Penev wins 2013 Nissen-Emery Award
posted on 04/18/2013

© John Cheng

STATE COLLEGE, Pa., April 18, 2013 Acaa U.S. Senior National team member Eddie Penev of Penfield, N.Y./Stanford University, won the 2013 Nissen-Emery Award today at the NCAA Men's Gymnastics Championships banquet, held in State College, Pa. The Championships begin tomorrow with the National Qualifier at 1 p.m. ET.

Penev was named the National Team after the 2013 Winter Cup, where he won the vault title and finished fourth in the all-around. He also claimed the bronze medal on vault at last year's U.S. nationals.

Other 2013 finalist were Syque Caesar of University of Michigan; Steven Lacombe of University of California Acaa Berkeley; Yoshi Mori of University of Illinois; Garrek Hojan-Clark of United States Military Academy; Alex Tighe of Temple University; and Felix Aronovich of Pennsylvania State University.

Established in 1966, the Nissen-Emery Award is college gymnastics' highest honor and is funded through an endowment established by Dr. Robert W. Emery, the 1969 winner.

The Nissen-Emery Award honors the collegiate senior male gymnast who has not only established an outstanding record of achievement during his college career but also an athlete who has demonstrated good sportsmanship, fair play and a high standard of athletic excellence.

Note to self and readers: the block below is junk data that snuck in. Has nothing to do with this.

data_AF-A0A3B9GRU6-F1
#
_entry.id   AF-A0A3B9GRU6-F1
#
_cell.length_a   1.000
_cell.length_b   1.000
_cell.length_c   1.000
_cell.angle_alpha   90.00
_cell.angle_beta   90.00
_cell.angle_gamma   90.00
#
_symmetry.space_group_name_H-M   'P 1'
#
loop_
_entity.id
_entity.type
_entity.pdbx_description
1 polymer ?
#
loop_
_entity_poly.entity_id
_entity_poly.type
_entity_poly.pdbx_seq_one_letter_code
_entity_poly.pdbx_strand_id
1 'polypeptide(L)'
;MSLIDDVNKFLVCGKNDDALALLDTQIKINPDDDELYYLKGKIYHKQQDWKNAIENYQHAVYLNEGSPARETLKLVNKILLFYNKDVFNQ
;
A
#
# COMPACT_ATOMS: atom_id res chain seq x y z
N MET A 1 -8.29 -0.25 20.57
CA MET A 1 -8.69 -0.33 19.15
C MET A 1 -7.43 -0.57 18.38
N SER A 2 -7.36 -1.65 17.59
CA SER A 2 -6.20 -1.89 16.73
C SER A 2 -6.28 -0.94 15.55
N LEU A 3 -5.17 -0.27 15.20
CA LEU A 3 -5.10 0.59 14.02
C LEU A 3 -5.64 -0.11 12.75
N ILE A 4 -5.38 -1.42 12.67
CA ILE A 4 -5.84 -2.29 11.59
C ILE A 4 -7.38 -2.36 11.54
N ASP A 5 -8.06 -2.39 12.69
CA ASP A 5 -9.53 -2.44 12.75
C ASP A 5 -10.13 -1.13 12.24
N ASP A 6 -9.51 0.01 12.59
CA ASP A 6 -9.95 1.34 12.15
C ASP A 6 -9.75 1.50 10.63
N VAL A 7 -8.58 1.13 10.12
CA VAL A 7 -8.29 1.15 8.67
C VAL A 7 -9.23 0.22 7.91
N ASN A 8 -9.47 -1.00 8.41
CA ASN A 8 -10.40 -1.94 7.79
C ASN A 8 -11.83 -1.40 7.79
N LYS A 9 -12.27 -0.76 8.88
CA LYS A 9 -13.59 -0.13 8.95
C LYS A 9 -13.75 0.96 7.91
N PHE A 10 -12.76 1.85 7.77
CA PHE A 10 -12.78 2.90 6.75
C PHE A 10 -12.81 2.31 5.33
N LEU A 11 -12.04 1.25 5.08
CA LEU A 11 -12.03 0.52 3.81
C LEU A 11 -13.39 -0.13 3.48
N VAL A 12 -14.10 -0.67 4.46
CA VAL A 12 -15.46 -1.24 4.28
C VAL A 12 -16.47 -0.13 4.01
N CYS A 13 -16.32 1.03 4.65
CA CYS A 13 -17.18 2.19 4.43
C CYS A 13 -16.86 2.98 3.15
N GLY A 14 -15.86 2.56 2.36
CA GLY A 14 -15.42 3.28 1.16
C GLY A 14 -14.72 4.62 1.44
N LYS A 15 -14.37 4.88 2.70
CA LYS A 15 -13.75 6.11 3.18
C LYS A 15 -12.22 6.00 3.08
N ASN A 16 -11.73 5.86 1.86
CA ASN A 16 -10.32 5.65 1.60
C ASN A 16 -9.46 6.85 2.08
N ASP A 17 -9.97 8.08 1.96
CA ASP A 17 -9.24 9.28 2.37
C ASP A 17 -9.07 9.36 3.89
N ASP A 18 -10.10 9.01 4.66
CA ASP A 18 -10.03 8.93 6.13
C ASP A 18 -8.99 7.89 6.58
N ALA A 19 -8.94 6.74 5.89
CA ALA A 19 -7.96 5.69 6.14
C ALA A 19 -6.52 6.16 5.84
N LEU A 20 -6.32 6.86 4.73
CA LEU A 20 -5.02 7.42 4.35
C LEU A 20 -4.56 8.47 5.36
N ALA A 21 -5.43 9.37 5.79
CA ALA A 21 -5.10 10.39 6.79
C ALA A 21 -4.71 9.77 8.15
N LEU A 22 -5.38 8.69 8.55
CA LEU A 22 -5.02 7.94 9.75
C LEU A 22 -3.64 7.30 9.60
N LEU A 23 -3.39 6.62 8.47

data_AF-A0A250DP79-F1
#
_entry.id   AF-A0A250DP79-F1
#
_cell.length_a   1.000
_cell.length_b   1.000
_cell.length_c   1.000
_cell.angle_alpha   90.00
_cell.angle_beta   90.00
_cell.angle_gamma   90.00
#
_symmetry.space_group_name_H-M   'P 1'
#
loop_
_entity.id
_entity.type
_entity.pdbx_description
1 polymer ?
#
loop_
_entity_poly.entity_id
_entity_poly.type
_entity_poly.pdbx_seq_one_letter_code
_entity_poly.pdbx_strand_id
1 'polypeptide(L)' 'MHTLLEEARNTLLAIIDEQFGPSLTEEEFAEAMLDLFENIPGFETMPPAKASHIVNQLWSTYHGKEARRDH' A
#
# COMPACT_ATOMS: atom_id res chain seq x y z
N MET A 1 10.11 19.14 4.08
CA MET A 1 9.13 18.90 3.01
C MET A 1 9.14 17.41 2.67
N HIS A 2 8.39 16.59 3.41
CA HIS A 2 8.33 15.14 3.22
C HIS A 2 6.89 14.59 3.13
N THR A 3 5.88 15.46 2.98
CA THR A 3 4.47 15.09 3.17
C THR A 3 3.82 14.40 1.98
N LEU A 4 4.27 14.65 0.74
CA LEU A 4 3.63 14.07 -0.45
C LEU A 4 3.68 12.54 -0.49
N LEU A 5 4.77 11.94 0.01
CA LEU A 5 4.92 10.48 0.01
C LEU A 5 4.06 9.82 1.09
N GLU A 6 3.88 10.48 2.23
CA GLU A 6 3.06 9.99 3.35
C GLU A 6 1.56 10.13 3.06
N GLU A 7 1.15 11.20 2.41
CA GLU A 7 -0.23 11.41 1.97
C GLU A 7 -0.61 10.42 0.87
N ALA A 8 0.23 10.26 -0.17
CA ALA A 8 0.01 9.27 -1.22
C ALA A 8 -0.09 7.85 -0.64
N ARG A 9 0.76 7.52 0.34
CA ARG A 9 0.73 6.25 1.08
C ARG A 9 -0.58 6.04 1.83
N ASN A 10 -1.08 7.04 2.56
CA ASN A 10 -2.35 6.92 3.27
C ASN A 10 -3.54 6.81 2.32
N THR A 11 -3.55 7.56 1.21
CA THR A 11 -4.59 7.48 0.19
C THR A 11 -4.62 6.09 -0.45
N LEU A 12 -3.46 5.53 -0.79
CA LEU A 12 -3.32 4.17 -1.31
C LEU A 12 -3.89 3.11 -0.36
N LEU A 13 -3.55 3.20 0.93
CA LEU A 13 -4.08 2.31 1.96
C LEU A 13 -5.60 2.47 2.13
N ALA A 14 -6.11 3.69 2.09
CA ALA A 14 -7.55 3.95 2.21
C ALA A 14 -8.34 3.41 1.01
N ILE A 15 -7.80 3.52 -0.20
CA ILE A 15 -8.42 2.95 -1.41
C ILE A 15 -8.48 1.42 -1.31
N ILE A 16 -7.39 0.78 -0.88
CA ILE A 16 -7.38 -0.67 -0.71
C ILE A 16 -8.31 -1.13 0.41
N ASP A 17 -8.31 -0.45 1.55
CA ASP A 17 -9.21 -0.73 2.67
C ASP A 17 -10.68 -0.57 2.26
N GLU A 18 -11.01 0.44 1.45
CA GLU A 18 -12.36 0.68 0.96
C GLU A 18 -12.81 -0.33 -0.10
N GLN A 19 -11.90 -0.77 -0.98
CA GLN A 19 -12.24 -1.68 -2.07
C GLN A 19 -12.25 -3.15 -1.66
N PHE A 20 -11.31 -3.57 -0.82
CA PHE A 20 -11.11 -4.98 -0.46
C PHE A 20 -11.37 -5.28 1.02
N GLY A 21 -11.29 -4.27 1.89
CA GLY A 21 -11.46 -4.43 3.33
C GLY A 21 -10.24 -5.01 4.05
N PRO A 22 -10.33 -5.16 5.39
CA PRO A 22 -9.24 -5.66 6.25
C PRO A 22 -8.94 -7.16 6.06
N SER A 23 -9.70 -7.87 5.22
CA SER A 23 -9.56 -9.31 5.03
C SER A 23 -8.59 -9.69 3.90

College gymnastics coaches, student athletes and accredited college gymnastics judges all across the nation are requested each year to submit nominations for the award. Gymnasts receiving the highest number of nominations are then placed on a final ballot and voted upon by those same coaches, athletes and judges.

Other former recipients include: Paul Ruggeri, University of Illinois, 2012; Steven Legendre, University of Oklahoma, 2011; Luke Stannard, Illinois, 2010; Casey Sandy, Pennsylvania State University, 2009 ; Jonathan Horton, University of Oklahoma, 2008; Matt Cohen, Penn State, 2007; Justin Spring, Illinois, 2006; Guillermo Alvarez, University of Minnesota, 2005; Dan Gill, Stanford University, 2004; Daniel Furney, Oklahoma, 2003; Justin Toman, University of Michigan, 2002; Jamie Natalie, Ohio State University, 2001; Blaine Wilson, Ohio State, 1997; John Roethlisberger, Minnesota, 1993; Jim Hartung, University of Nebraska, 1982; Peter Vidmar, University of California Acaa Los Angeles, 1983; Kurt Thomas, Indiana State University, 1979; Bart Conner, Oklahoma, 1981; Peter Kormann, Southern Connecticut State College, 1977; and James Curzi, Michigan State University, 1966 (the first recipient).